Wednesday, August 12, 2009

On Death

There are songs that I often hear before I go to sleep. There is a fixed set that I must hear before I finally begin to drift off into the deeper recesses. A time soon comes when I realize that the song in my ear is beginning to blend and bleed into the random impulses that my sub-conscious brain throws up. When my sleep begins with such noisy delirium, the chaos of unintelligible thoughts slowly fading into blankness, I find myself to have slept the best. Death, in a certain sense. Except that, in this case, I have the benefit of hindsight that inspires faith in the fact that I'll wake up the next morning.

On death, then. I can instantly recall three songs from the set that I just described that, for one reason or another, almost make you feel like you'll never return from the chaos ridden oblivion. There is Like a Stone by Audioslave for starters, then there are Amsterdam by Coldplay, and My December by Linkin Park. Like a Stone is a song about an old man whose kin have passed on, and he waits for his release, recounting his life. Therefore, the obvious association with death. The other two songs have their own unique reasons why I associate them as I do.

Last night as I cycled through Amsterdam one last time, I began to 'develop new perspective' as I later put across to a friend of mine. I began to wonder (as may have many of my contemporaries and predecessors) what a person might feel moments before death. To which, I found myself realizing that a person who has lived a life without regret, and awakens to this fact moments before they die, might in fact be experiencing, rather ironically, the most liberating moment of their life.

If there might be a day, when morning doesn't arrive, prepare for your liberation everyday. You wouldn't want to miss what might be the most amazing moment of your life.

Thursday, August 6, 2009

Chicken Soup for the Cold

I have been spending a lot of time at home this last week, for reasons inescapable. Status quo is such that I'm unable to do much with 24 hours of free time I get everyday. There is the net, and then there is the idiot box. But when you've been home doing practically nothing for so long, there are many things that you tire of fairly easily. Then there are days like today, when one would find oneself in front of the telly, bored-ly flipping channels. Now, that sounds like every other day. What was different about today is that I chanced upon an old favourite movie of mine : Disco Dancer. Back in the day, when cable tv was an unnecessary luxury, India's government broadcaster Doordarshan took upon itself, the onus of entertaining large sections of the Indian population. As part of the entertainment section of its endeavour, it began to screen movies on Saturday afternoons (a holiday in most schools). Days when we were lucky, they would screen 'new' movies (released between 10 and 20 years from the screening date). Other days, well, you would have to squint at the Technicolor images flashing on your screen and strain your ears to hear the dialogues. Anyhow, it was amongst a series of these lucky days that sprouted in me, a love for Mithun Chakravarty movies as a kid (other favourites include classics such as Gunmaster G9). They were flashy, loud, and amazingly entertaining. As I grew up, this love got obscured by the pretentions that accompany the process of social growth and adaptation.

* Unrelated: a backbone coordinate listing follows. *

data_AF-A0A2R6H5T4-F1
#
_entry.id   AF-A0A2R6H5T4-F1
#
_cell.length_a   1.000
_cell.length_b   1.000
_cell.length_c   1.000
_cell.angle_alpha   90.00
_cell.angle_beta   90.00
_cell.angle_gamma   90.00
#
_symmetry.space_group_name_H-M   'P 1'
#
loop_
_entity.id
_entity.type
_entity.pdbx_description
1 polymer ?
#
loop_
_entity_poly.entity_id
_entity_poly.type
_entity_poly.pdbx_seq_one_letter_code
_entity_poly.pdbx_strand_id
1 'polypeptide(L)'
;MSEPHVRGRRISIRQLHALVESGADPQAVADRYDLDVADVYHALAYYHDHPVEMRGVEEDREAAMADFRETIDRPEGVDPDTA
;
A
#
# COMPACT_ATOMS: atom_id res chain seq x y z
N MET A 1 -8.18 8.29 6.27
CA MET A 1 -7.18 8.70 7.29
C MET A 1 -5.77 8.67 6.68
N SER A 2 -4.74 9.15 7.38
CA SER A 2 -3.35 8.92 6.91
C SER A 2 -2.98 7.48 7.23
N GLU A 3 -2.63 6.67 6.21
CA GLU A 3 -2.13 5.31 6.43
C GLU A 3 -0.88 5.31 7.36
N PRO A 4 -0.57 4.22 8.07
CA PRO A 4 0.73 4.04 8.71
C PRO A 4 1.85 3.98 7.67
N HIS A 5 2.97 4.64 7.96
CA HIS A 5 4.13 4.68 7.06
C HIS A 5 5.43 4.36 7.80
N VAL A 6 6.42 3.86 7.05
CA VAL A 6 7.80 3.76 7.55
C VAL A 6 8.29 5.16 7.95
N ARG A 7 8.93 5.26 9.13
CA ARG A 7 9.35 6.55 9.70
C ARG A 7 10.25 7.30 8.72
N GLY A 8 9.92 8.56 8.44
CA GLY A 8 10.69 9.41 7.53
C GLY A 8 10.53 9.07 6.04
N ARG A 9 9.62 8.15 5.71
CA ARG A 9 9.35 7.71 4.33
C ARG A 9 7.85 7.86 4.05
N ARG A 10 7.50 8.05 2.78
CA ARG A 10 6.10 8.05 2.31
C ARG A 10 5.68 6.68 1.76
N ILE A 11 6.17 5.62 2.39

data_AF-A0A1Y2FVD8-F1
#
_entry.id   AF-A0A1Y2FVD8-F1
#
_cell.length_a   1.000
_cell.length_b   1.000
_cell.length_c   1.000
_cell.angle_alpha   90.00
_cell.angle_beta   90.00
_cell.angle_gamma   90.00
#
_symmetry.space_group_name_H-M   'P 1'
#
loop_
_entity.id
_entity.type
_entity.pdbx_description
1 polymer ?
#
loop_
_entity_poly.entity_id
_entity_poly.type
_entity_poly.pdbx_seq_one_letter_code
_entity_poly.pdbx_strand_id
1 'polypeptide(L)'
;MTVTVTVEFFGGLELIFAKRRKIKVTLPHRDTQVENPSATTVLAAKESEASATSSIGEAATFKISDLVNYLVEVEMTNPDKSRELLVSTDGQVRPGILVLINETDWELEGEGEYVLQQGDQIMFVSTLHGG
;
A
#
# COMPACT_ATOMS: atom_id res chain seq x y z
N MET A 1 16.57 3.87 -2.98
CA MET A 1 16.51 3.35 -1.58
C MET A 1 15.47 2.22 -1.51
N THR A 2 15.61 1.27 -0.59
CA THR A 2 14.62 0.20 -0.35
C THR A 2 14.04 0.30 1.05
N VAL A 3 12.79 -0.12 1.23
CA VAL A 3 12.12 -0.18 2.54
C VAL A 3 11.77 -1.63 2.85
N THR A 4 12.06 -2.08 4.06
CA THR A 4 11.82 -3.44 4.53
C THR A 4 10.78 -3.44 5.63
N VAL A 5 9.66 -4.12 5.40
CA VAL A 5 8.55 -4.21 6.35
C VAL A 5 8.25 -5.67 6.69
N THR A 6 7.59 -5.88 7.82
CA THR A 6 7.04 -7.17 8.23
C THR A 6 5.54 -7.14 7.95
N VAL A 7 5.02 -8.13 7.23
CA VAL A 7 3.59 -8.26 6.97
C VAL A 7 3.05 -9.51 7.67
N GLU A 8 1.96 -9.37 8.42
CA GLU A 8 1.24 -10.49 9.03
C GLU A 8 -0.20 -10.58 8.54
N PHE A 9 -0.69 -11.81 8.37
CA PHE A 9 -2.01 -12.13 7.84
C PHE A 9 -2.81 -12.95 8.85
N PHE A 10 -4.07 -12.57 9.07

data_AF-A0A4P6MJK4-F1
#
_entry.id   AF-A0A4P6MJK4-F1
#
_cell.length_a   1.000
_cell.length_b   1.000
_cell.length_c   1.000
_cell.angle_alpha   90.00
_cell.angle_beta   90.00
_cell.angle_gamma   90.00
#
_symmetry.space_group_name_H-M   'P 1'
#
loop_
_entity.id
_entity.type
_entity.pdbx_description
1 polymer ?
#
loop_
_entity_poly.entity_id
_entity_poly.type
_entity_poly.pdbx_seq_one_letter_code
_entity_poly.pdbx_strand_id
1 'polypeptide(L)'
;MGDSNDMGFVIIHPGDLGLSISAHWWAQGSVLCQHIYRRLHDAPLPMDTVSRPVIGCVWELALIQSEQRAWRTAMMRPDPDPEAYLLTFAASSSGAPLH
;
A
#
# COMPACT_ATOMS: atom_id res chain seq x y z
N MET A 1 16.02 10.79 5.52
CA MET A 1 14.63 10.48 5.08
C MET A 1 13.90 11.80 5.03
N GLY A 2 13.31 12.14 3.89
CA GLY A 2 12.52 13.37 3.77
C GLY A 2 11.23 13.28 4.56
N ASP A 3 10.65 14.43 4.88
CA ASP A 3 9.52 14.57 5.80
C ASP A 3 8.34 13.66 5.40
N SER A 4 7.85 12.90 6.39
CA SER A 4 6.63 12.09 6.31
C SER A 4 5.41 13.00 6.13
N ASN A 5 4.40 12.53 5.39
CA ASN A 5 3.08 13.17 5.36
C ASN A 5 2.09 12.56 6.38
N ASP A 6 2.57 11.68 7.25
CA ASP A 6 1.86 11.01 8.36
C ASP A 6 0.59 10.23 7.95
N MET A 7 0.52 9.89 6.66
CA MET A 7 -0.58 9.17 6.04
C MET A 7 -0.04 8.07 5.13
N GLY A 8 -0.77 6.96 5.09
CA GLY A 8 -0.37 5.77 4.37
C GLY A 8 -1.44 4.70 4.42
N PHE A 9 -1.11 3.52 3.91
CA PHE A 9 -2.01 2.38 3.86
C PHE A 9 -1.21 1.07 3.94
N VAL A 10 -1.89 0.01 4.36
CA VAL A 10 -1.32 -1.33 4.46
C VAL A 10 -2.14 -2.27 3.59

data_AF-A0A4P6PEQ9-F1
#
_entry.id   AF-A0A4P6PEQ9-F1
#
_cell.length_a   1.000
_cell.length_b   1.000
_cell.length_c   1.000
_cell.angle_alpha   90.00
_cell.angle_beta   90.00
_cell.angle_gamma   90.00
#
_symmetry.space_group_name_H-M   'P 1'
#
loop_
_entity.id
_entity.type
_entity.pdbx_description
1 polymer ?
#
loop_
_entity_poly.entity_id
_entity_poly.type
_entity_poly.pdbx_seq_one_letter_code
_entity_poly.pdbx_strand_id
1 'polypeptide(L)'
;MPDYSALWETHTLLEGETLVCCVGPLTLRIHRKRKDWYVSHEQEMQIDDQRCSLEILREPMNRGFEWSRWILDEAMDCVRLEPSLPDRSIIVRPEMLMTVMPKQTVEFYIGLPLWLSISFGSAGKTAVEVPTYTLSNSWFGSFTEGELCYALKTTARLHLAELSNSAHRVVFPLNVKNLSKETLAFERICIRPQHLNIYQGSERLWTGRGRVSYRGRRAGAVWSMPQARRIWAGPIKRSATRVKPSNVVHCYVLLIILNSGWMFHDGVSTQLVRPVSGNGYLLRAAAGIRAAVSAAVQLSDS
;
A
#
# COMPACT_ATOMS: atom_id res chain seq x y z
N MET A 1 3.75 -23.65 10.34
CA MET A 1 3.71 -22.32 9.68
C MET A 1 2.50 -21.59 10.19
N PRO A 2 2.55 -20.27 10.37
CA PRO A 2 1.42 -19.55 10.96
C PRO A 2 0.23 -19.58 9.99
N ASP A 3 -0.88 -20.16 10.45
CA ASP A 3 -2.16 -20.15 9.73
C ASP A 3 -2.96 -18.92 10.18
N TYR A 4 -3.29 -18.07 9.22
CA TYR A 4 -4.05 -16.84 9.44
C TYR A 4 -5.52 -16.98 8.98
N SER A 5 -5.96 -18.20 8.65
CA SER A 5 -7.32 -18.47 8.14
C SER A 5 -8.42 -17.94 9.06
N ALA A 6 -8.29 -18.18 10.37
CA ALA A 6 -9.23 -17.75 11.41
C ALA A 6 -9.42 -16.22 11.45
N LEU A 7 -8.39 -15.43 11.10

More about Disco Dancer then, sans pretentions. Jimmy, the protagonist, is left to rot on the streets by the villain. Jimmy somehow manages to grow up and become a "Disco Dancer". Who is a "Disco Dancer"? The answer is complex. A disco dancer must be an accomplished dancer (but obvious), a singer (aha), and (this is the funky bit) be able to play instruments like the guitar and saxophone simply by holding them and dancing with them. He is usually accompanied by four or five blokes who do pretty much what he does, but are too ugly to be classified as "Disco Dancers". Also on the lot, are a bunch of rather well fed ladies, who would be better advised than to wear the black boyshorts they wear in this movie. That said, the music is definitely (as is a lot Bappi Lahiri music) well ahead of its time.

Anyway, Jimmy then manages to rob the villain of all his money, pride and even his daughter with not much more than his sublime pelvic jerks. Infuriated, the villain and his sidekick (a very bald Bob Christo) hatch the plot of the century to kill Jimmy. The plan, in Bob Christo's words (remembering that he is a Hindi speaking British sidekick):

"Kal ki party mein Jimmy ko log electric guitar bajane ko bolega. Hum us electric guitar ke string mein 5000 volt ka electricity bhejega. Jab hamara dushman electric guitar ko haath lagayega, woh ud jayega. Pop!"

Do they manage to kill Jimmy? Or does fate have its own cruel plan up its sleeve?